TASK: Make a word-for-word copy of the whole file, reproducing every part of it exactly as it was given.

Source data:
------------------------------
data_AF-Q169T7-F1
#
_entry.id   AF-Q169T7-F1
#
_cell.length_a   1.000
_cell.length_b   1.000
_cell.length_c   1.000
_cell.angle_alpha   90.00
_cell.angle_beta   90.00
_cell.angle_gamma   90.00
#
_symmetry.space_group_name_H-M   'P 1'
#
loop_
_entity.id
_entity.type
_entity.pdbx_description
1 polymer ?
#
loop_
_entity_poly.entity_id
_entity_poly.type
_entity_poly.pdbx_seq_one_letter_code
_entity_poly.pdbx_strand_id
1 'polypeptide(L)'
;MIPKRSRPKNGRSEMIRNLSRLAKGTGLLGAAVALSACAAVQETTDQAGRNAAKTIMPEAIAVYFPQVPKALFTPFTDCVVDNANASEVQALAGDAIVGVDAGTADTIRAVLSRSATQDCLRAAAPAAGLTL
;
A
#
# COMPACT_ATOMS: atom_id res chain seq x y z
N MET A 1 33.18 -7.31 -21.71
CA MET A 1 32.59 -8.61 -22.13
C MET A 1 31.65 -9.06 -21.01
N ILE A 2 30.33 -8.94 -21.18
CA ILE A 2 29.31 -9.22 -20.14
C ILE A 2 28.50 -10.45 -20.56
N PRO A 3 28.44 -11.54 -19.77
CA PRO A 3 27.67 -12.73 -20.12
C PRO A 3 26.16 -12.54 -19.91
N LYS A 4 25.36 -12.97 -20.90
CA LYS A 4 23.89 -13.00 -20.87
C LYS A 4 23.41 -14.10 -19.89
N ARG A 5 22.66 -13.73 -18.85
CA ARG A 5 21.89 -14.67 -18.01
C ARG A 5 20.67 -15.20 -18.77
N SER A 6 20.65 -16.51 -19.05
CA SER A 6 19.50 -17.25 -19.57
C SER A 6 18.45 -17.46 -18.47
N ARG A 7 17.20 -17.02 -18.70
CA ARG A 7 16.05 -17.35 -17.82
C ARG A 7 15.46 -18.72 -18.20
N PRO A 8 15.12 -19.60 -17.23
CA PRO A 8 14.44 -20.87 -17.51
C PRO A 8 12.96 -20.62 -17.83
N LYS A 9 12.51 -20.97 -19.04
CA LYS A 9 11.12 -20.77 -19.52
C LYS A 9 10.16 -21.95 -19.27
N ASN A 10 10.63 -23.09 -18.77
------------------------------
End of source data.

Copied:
data_AF-Q169T7-F1
#
_entry.id   AF-Q169T7-F1
#
_cell.length_a   1.000
_cell.length_b   1.000
_cell.length_c   1.000
_cell.angle_alpha   90.00
_cell.angle_beta   90.00
_cell.angle_gamma   90.00
#
_symmetry.space_group_name_H-M   'P 1'
#
loop_
_entity.id
_entity.type
_entity.pdbx_description
1 polymer ?
#
loop_
_entity_poly.entity_id
_entity_poly.type
_entity_poly.pdbx_seq_one_letter_code
_entity_poly.pdbx_strand_id
1 'polypeptide(L)'
;MIPKRSRPKNGRSEMIRNLSRLAKGTGLLGAAVALSACAAVQETTDQAGRNAAKTIMPEAIAVYFPQVPKALFTPFTDCVVDNANASEVQALAGDAIVGVDAGTADTIRAVLSRSATQDCLRAAAPAAGLTL
;
A
#
# COMPACT_ATOMS: atom_id res chain seq x y z
N MET A 1 33.18 -7.31 -21.71
CA MET A 1 32.59 -8.61 -22.13
C MET A 1 31.65 -9.06 -21.01
N ILE A 2 30.33 -8.94 -21.18
CA ILE A 2 29.31 -9.22 -20.14
C ILE A 2 28.50 -10.45 -20.56
N PRO A 3 28.44 -11.54 -19.77
CA PRO A 3 27.67 -12.73 -20.12
C PRO A 3 26.16 -12.54 -19.91
N LYS A 4 25.36 -12.97 -20.90
CA LYS A 4 23.89 -13.00 -20.87
C LYS A 4 23.41 -14.10 -19.89
N ARG A 5 22.66 -13.73 -18.85
CA ARG A 5 21.89 -14.67 -18.01
C ARG A 5 20.67 -15.20 -18.77
N SER A 6 20.65 -16.51 -19.05
CA SER A 6 19.50 -17.25 -19.57
C SER A 6 18.45 -17.46 -18.47
N ARG A 7 17.20 -17.02 -18.70
CA ARG A 7 16.05 -17.35 -17.82
C ARG A 7 15.46 -18.72 -18.20
N PRO A 8 15.12 -19.60 -17.23
CA PRO A 8 14.44 -20.87 -17.51
C PRO A 8 12.96 -20.62 -17.83
N LYS A 9 12.51 -20.97 -19.04
CA LYS A 9 11.12 -20.77 -19.52
C LYS A 9 10.16 -21.95 -19.27
N ASN A 10 10.63 -23.09 -18.77